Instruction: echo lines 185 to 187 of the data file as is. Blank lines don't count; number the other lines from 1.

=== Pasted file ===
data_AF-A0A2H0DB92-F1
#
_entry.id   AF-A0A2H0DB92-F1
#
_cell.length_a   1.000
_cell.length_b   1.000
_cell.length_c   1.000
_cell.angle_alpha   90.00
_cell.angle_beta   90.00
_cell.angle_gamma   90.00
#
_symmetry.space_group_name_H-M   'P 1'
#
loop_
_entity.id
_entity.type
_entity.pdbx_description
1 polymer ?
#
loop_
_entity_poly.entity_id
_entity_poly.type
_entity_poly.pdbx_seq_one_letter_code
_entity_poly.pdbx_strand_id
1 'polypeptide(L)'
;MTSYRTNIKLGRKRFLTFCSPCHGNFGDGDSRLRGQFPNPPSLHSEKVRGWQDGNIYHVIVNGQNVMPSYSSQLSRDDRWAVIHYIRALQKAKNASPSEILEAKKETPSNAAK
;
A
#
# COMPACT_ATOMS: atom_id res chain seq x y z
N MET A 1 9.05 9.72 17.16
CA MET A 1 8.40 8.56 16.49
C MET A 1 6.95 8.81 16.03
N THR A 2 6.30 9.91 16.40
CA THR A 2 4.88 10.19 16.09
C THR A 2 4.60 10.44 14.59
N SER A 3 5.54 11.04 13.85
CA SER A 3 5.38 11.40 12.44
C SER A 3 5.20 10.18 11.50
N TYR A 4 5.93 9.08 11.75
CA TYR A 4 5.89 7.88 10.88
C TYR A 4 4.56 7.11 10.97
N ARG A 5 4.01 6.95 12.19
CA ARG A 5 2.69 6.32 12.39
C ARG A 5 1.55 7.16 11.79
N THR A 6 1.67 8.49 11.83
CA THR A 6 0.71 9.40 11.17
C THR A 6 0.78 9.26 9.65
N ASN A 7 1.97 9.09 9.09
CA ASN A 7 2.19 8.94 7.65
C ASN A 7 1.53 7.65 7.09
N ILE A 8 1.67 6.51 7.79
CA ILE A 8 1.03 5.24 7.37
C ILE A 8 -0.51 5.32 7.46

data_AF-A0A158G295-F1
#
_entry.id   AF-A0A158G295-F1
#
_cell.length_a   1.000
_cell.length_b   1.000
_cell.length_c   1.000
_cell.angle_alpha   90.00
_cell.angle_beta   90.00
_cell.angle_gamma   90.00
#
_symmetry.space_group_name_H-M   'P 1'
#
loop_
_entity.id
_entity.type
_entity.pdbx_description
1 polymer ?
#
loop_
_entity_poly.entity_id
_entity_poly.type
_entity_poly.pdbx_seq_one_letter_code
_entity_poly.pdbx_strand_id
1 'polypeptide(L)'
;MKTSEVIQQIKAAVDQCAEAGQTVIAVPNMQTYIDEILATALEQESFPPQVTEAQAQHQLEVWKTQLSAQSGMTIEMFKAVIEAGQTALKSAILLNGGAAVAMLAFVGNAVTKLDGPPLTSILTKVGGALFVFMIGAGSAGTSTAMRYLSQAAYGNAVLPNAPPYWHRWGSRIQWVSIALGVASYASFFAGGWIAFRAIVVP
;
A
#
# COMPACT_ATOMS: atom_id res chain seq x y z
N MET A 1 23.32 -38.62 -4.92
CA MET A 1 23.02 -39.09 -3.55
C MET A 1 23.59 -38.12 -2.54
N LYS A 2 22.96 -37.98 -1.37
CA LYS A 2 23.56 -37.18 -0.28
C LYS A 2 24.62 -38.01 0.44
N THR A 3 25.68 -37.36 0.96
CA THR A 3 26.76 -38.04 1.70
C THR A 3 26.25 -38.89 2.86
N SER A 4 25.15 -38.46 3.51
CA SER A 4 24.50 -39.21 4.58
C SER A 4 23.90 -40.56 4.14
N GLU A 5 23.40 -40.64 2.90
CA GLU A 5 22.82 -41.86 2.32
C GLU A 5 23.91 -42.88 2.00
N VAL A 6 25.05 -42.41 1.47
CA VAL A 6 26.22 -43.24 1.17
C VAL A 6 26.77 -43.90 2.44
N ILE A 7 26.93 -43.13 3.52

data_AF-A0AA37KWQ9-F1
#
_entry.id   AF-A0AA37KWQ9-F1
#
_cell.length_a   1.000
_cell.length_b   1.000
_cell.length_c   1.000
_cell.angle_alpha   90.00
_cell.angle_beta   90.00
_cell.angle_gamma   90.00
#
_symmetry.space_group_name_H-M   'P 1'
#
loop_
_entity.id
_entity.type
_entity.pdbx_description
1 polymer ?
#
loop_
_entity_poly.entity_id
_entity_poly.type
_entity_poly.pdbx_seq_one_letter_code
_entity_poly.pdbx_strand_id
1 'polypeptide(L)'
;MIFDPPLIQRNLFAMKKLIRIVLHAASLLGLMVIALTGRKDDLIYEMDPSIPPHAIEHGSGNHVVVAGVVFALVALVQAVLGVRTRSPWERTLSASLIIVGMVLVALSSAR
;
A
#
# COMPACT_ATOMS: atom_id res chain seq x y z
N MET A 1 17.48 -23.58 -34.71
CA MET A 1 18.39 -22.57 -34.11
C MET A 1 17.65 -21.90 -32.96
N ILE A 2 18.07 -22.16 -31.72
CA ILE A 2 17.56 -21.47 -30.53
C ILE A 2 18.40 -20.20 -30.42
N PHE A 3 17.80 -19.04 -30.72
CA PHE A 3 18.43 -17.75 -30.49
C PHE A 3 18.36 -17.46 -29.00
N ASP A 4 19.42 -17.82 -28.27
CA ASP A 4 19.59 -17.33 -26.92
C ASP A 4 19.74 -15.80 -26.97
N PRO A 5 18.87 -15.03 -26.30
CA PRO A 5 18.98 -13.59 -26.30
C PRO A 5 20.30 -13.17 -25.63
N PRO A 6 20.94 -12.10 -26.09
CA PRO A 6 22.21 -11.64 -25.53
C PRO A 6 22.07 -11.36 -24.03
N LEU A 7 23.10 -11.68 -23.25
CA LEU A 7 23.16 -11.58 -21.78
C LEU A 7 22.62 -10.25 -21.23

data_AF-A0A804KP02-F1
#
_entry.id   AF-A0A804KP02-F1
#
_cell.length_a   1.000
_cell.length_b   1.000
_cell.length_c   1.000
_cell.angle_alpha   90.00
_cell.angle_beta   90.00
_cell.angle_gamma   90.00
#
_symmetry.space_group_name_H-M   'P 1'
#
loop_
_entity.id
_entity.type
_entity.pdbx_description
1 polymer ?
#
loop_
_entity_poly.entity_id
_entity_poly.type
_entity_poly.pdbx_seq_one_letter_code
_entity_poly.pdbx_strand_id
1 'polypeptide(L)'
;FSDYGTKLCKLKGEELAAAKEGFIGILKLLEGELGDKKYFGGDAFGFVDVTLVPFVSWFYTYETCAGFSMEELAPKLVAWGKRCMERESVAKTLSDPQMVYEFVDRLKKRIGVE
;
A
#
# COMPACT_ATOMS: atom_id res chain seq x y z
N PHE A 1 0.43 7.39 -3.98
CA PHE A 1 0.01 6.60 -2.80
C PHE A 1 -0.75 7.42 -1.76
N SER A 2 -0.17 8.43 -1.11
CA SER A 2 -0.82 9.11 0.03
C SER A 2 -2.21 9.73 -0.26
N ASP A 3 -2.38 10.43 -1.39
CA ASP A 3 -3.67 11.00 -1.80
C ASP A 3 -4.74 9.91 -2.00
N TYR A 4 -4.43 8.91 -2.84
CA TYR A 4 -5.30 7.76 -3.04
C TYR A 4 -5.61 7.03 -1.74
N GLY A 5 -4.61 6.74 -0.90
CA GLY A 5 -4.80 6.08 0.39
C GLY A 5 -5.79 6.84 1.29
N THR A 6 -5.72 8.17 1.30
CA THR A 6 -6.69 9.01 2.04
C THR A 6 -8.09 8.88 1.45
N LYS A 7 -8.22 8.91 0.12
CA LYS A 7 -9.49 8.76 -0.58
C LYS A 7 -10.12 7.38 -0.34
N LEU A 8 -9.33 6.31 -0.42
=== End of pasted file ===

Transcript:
N PHE A 1 0.43 7.39 -3.98
CA PHE A 1 0.01 6.60 -2.80
C PHE A 1 -0.75 7.42 -1.76